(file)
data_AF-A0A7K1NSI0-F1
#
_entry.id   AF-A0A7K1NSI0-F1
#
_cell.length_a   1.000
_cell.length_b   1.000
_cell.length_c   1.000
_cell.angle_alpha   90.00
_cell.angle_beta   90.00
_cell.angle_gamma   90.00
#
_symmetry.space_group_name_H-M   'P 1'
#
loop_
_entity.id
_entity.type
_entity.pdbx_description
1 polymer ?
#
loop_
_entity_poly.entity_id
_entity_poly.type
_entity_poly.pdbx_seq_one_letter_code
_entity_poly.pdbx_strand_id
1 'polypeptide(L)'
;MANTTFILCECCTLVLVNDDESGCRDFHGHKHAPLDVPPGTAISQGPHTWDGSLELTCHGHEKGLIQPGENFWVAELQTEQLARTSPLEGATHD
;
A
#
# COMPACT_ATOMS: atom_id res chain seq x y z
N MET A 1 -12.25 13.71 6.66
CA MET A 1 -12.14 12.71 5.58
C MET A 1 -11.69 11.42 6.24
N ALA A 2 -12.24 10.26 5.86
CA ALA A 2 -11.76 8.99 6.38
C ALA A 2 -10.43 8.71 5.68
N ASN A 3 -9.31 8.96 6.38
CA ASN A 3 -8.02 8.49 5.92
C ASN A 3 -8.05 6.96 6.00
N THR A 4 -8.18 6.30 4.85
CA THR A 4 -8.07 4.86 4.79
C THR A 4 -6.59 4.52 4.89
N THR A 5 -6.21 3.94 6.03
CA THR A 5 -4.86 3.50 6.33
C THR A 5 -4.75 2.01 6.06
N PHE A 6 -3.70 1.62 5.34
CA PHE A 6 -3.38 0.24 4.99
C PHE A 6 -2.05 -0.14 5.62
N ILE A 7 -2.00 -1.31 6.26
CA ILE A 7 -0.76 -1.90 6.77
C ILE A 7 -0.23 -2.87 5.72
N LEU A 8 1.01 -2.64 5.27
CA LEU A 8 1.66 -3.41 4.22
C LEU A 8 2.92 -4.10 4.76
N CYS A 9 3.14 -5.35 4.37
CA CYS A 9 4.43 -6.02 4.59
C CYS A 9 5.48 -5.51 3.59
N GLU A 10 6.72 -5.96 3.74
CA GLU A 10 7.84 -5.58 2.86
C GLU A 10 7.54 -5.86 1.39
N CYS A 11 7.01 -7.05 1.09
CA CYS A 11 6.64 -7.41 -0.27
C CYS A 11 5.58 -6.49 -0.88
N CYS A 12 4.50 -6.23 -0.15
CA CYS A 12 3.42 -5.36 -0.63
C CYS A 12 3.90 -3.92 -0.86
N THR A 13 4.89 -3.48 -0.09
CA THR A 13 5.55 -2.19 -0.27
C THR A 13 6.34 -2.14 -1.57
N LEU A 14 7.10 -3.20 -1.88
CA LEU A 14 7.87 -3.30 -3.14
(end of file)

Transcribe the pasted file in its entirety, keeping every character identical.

data_AF-A0A7K1NSI0-F1
#
_entry.id   AF-A0A7K1NSI0-F1
#
_cell.length_a   1.000
_cell.length_b   1.000
_cell.length_c   1.000
_cell.angle_alpha   90.00
_cell.angle_beta   90.00
_cell.angle_gamma   90.00
#
_symmetry.space_group_name_H-M   'P 1'
#
loop_
_entity.id
_entity.type
_entity.pdbx_description
1 polymer ?
#
loop_
_entity_poly.entity_id
_entity_poly.type
_entity_poly.pdbx_seq_one_letter_code
_entity_poly.pdbx_strand_id
1 'polypeptide(L)'
;MANTTFILCECCTLVLVNDDESGCRDFHGHKHAPLDVPPGTAISQGPHTWDGSLELTCHGHEKGLIQPGENFWVAELQTEQLARTSPLEGATHD
;
A
#
# COMPACT_ATOMS: atom_id res chain seq x y z
N MET A 1 -12.25 13.71 6.66
CA MET A 1 -12.14 12.71 5.58
C MET A 1 -11.69 11.42 6.24
N ALA A 2 -12.24 10.26 5.86
CA ALA A 2 -11.76 8.99 6.38
C ALA A 2 -10.43 8.71 5.68
N ASN A 3 -9.31 8.96 6.38
CA ASN A 3 -8.02 8.49 5.92
C ASN A 3 -8.05 6.96 6.00
N THR A 4 -8.18 6.30 4.85
CA THR A 4 -8.07 4.86 4.79
C THR A 4 -6.59 4.52 4.89
N THR A 5 -6.21 3.94 6.03
CA THR A 5 -4.86 3.50 6.33
C THR A 5 -4.75 2.01 6.06
N PHE A 6 -3.70 1.62 5.34
CA PHE A 6 -3.38 0.24 4.99
C PHE A 6 -2.05 -0.14 5.62
N ILE A 7 -2.00 -1.31 6.26
CA ILE A 7 -0.76 -1.90 6.77
C ILE A 7 -0.23 -2.87 5.72
N LEU A 8 1.01 -2.64 5.27
CA LEU A 8 1.66 -3.41 4.22
C LEU A 8 2.92 -4.10 4.76
N CYS A 9 3.14 -5.35 4.37
CA CYS A 9 4.43 -6.02 4.59
C CYS A 9 5.48 -5.51 3.59
N GLU A 10 6.72 -5.96 3.74
CA GLU A 10 7.84 -5.58 2.86
C GLU A 10 7.54 -5.86 1.39
N CYS A 11 7.01 -7.05 1.09
CA CYS A 11 6.64 -7.41 -0.27
C CYS A 11 5.58 -6.49 -0.88
N CYS A 12 4.50 -6.23 -0.15
CA CYS A 12 3.42 -5.36 -0.63
C CYS A 12 3.90 -3.92 -0.86
N THR A 13 4.89 -3.48 -0.09
CA THR A 13 5.55 -2.19 -0.27
C THR A 13 6.34 -2.14 -1.57
N LEU A 14 7.10 -3.20 -1.88
CA LEU A 14 7.87 -3.30 -3.14